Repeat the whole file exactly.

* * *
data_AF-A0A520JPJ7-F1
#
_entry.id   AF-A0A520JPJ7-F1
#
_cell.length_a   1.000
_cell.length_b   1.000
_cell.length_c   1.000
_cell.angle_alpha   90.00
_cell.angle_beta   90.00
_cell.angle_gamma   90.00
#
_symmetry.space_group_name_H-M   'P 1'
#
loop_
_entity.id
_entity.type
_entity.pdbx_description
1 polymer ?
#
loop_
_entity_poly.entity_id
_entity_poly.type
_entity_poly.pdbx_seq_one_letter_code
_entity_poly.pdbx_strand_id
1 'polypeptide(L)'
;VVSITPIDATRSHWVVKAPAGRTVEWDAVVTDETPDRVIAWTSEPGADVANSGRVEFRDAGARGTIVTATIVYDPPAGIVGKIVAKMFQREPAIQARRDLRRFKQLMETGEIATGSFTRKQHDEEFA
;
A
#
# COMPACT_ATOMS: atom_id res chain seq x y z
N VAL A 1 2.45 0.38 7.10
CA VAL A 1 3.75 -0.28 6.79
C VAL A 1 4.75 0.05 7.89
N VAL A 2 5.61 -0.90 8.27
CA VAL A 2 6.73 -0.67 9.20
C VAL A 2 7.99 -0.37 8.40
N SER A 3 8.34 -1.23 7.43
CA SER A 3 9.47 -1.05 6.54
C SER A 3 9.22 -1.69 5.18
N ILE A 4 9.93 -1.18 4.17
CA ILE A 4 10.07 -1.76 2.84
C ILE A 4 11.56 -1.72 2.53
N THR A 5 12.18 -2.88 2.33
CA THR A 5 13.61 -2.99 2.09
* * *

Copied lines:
data_AF-A0A520JPJ7-F1
#
_entry.id   AF-A0A520JPJ7-F1
#
_cell.length_a   1.000
_cell.length_b   1.000
_cell.length_c   1.000
_cell.angle_alpha   90.00
_cell.angle_beta   90.00
_cell.angle_gamma   90.00
#
_symmetry.space_group_name_H-M   'P 1'
#
loop_
_entity.id
_entity.type
_entity.pdbx_description
1 polymer ?
#
loop_
_entity_poly.entity_id
_entity_poly.type
_entity_poly.pdbx_seq_one_letter_code
_entity_poly.pdbx_strand_id
1 'polypeptide(L)'
;VVSITPIDATRSHWVVKAPAGRTVEWDAVVTDETPDRVIAWTSEPGADVANSGRVEFRDAGARGTIVTATIVYDPPAGIVGKIVAKMFQREPAIQARRDLRRFKQLMETGEIATGSFTRKQHDEEFA
;
A
#
# COMPACT_ATOMS: atom_id res chain seq x y z
N VAL A 1 2.45 0.38 7.10
CA VAL A 1 3.75 -0.28 6.79
C VAL A 1 4.75 0.05 7.89
N VAL A 2 5.61 -0.90 8.27
CA VAL A 2 6.73 -0.67 9.20
C VAL A 2 7.99 -0.37 8.40
N SER A 3 8.34 -1.23 7.43
CA SER A 3 9.47 -1.05 6.54
C SER A 3 9.22 -1.69 5.18
N ILE A 4 9.93 -1.18 4.17
CA ILE A 4 10.07 -1.76 2.84
C ILE A 4 11.56 -1.72 2.53
N THR A 5 12.18 -2.88 2.33
CA THR A 5 13.61 -2.99 2.09